about the opening motif attributed to Beethoven by Schindler, but its authenticity is questionable. (Schlosser)
Beethoven gave no indication of any programme, but the idea of a heroic struggle through the darkness to the light
has become very attached to this symphony, a struggle Beethoven has enacted in many works in his music as a whole
and in his life.
"I shall seize fate by the throat." (Grove)
The "Fifth Symphony" is one of the electrifying work. The first movement (Allegro con brio) in C minor
is dominated by an opening motif based on single four notes and leaves the audience in suspense and expectancy.
The second movement (Andante con moto) in A flat contains one of the most sustained lyric melodies in a theme and
The third movement simply headed Allegro is a dramatic awe inspiring Scherzo.
The long transition to finale is tense with expectancy and effect when three trombones erupt into triumphant major
key which is overwhelming. Leaving behind the dark minor key, the Symphony ends in radiant C major. (Grove)
As Goethe mentioned, "... Since he has the guiding light of his genius, which frequently illuminates his mind
like a strike of lightening, while we sit in darkness and scarcely suspect the direction from which daylight will
break upon us." Beethoven unveils his elemental strength over time, the music growing with one's own spirit
According to Beethoven, "Music, verily is the mediator between intellectual and sensuous
life". (Sullivan) He becomes part of one's joy and tragedies attaching himself to them, because he was one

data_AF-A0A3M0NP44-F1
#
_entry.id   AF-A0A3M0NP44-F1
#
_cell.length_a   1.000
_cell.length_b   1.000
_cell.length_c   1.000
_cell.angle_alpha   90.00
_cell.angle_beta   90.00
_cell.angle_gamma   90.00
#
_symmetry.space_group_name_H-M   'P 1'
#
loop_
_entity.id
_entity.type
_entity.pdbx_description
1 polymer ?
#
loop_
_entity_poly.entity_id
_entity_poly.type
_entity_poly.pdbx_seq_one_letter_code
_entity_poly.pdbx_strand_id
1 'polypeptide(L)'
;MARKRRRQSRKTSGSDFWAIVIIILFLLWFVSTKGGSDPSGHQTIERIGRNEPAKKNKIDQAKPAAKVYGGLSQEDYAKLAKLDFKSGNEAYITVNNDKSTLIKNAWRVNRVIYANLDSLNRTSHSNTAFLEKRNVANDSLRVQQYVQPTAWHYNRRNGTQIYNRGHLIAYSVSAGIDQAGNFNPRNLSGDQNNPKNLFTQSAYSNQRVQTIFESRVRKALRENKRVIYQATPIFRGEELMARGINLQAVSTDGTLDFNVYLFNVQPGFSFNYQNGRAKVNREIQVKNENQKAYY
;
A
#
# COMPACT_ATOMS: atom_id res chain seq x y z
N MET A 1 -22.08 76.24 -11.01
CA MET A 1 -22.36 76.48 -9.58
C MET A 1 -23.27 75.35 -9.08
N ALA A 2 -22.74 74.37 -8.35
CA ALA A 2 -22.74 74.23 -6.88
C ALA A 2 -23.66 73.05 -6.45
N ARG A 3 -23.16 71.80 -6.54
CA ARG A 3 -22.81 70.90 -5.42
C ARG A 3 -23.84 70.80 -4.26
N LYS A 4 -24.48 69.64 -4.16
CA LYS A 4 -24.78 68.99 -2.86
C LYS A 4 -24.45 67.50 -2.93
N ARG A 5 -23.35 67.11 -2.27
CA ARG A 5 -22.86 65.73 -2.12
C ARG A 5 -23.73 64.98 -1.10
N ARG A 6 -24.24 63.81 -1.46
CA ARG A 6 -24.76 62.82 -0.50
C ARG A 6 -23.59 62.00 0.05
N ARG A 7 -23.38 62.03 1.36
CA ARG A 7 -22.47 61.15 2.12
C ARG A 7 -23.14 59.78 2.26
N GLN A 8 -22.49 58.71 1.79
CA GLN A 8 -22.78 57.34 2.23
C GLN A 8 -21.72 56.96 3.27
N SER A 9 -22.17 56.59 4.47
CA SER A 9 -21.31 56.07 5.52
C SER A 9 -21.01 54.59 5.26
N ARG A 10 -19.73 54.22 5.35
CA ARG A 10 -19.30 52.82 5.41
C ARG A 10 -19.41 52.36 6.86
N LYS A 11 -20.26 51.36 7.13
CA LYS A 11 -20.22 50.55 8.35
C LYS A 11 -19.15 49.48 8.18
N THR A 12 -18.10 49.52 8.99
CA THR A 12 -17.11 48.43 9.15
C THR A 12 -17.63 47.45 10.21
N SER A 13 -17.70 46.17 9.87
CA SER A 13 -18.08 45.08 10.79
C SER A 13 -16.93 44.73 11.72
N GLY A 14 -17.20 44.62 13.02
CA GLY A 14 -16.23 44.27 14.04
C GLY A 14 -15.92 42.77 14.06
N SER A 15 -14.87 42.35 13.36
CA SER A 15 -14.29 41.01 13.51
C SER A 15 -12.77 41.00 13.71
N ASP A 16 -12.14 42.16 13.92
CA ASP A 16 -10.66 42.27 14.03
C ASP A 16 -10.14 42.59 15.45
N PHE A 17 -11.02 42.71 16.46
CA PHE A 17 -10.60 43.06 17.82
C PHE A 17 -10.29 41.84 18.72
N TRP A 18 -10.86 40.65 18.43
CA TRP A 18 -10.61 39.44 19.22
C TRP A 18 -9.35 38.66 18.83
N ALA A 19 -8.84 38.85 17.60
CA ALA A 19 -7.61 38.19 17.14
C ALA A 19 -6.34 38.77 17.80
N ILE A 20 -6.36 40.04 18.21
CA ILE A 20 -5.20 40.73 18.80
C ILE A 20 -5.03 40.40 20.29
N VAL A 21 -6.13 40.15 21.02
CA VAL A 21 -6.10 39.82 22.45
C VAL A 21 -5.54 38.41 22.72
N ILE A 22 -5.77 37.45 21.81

of us, he was there, he knew and captured it all. One's journey through his work is the same as the journey of
life, at its highest and wisest and most passionate.
1. Elliot Forbes, Thayer's Life of Beethoven, Princeton, New Jersey, Princeton University Press, 1967, Chapter
III, p. 53.
2. Phillipe A. Autexier Beethoven the Composer as Hero, Discoveries, Harry N. Abrams, Inc., Publishers, 1991, p.
3. Jan Swafford, The Vintage Guide to Classical Music, Vintage Books, A Division of Random House, Inc., New York,
1992, p. 115.
4. Johann Aloys Schlosser, Beethoven, the First Biography, edited with an introduction and notes by Barry Cooper
translated from German by Reinhard G. Pauly, Amadeus Press, Reinhard G. Pauly, General Editor, Portland, Oregon.
5. Roy Bogus, Music 226 Seminar in Interpretation, Holy Names College, Fall Semester 1998.
6. George Grove, Beethoven and His Nine Symphonies, Dover Publications, Inc., New York, 1962, pp. 148-156, 163.
7. J. W. N. Sullivan, Beethoven, His Spiritual Development, Vintage Books, A Division of Random House, New York,
1960, pp. 4, 6.